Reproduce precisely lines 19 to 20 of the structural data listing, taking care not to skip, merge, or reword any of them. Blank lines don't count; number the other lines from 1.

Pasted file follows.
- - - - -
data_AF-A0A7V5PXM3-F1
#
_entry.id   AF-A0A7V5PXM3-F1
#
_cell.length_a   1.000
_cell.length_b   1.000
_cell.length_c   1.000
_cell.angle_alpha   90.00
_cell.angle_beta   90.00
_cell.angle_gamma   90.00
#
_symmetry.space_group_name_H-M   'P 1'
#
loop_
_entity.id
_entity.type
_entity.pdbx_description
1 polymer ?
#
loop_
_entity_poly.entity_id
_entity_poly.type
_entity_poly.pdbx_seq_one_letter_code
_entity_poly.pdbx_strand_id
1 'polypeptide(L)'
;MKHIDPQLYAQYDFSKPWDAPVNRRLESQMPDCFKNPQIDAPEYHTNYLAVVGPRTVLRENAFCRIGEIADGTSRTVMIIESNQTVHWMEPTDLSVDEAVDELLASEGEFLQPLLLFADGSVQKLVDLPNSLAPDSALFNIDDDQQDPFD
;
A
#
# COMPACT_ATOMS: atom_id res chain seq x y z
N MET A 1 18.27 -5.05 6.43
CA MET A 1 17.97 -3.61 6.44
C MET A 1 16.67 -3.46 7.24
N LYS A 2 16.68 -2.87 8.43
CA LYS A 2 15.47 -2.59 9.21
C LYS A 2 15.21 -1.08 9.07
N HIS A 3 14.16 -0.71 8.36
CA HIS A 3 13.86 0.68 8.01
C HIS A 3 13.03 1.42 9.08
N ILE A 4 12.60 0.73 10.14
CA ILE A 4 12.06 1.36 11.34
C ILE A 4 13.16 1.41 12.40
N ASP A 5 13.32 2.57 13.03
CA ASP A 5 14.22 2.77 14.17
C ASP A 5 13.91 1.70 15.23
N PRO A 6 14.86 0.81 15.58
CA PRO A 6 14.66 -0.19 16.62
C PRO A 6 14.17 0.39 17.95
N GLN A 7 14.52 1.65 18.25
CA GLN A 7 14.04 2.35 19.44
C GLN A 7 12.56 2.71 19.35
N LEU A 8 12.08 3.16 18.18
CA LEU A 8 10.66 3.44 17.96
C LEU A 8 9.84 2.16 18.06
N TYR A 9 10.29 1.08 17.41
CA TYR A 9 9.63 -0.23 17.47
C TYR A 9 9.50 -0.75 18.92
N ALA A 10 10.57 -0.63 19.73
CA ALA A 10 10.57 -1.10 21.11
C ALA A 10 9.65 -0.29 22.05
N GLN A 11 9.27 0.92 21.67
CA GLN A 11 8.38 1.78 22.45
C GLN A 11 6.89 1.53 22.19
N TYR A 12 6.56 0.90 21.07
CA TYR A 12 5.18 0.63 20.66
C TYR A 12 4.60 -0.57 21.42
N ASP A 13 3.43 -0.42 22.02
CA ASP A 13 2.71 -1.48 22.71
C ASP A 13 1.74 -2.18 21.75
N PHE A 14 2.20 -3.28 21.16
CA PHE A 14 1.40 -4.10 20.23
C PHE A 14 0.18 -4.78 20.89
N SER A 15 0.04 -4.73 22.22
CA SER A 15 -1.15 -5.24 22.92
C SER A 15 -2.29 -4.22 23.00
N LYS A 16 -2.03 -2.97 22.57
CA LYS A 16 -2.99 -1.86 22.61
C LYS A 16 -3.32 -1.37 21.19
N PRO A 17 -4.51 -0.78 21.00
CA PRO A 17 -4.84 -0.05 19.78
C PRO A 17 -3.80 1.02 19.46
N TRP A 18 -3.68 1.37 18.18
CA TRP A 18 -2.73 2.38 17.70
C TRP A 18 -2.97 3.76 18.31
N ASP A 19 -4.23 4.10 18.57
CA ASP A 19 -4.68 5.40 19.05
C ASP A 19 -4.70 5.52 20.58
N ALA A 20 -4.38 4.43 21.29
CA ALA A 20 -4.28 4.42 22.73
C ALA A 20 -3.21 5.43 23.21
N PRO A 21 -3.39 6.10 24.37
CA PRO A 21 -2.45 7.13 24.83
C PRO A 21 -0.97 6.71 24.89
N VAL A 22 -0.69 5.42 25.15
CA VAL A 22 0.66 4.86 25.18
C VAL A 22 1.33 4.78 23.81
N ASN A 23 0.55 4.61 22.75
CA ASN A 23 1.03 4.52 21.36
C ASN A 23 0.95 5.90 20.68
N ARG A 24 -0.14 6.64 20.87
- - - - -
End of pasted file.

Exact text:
#
loop_